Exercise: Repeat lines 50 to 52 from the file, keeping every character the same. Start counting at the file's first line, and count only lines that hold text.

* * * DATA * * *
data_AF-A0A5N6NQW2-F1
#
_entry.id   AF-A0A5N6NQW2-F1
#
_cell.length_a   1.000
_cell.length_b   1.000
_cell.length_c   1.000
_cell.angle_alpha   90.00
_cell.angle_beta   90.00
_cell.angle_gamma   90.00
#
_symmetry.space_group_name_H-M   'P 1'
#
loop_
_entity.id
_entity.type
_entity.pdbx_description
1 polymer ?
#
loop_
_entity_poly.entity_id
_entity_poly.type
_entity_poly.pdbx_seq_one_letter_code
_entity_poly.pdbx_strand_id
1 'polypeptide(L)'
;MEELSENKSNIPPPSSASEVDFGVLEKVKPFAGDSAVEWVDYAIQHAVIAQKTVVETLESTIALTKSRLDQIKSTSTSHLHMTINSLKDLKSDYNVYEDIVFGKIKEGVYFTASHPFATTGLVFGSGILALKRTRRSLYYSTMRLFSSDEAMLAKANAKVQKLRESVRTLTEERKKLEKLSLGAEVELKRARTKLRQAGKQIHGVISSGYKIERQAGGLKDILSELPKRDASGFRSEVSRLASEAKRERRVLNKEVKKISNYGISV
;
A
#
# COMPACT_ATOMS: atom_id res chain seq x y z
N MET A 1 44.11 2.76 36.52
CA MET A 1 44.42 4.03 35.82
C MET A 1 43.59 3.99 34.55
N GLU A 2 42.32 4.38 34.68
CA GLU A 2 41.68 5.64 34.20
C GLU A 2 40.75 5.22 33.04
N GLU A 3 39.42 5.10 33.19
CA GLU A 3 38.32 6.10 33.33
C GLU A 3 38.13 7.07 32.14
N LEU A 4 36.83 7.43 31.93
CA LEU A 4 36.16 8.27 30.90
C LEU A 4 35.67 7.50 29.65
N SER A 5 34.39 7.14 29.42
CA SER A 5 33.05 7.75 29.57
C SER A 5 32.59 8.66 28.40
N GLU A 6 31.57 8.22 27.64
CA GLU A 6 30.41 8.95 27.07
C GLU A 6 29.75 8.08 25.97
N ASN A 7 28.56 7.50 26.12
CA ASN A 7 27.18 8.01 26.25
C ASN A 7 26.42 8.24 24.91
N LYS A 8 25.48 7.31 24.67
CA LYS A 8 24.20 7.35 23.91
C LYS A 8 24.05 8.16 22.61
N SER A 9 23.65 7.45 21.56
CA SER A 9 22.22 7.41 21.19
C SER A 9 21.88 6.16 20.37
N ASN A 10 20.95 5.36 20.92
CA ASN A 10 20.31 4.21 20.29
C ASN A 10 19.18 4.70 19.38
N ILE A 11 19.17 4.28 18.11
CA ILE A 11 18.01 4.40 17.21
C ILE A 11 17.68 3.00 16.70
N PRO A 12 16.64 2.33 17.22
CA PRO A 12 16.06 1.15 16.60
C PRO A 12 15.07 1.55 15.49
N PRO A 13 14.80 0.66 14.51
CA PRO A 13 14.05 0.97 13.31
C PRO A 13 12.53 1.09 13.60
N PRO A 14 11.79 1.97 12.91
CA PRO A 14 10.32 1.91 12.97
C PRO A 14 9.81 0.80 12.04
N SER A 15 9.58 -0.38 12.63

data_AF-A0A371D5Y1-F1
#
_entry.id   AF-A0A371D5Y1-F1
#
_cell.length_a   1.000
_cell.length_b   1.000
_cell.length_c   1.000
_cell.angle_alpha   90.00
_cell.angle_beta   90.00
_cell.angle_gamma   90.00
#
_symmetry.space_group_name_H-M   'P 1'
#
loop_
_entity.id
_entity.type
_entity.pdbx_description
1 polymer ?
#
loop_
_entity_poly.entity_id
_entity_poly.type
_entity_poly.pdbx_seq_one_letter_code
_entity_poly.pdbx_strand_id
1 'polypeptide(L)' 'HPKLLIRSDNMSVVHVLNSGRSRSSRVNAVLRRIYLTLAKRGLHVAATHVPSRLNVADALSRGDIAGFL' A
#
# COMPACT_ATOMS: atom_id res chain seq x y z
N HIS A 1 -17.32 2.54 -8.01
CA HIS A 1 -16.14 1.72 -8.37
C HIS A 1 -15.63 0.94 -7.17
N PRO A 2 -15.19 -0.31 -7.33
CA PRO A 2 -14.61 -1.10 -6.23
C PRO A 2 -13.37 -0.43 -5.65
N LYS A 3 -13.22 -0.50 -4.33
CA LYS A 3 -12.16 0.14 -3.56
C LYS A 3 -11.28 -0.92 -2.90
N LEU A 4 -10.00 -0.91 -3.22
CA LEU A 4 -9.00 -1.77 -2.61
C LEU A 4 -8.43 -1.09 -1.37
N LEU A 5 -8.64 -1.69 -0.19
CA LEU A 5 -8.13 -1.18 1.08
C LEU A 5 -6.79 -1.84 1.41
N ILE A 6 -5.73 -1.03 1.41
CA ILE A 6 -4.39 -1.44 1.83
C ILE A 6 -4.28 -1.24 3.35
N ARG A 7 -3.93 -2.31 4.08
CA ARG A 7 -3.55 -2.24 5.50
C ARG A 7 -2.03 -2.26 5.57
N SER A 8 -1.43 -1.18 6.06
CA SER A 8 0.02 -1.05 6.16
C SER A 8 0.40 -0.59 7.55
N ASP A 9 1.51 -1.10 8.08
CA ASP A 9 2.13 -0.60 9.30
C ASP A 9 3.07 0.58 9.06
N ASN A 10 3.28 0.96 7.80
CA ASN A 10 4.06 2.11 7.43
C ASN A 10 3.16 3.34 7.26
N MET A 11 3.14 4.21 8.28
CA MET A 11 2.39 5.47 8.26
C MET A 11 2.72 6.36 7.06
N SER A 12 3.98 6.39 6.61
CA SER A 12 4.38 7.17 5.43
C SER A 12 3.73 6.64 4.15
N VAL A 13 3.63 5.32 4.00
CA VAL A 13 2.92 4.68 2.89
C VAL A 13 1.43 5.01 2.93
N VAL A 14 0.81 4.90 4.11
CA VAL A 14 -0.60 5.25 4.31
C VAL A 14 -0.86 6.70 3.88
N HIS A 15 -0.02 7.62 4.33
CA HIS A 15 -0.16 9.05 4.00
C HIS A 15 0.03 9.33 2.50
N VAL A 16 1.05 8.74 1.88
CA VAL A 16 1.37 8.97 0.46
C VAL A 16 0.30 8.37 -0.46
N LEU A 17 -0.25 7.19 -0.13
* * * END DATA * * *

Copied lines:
CA ASN A 7 27.18 8.01 26.25
C ASN A 7 26.42 8.24 24.91
N LYS A 8 25.48 7.31 24.67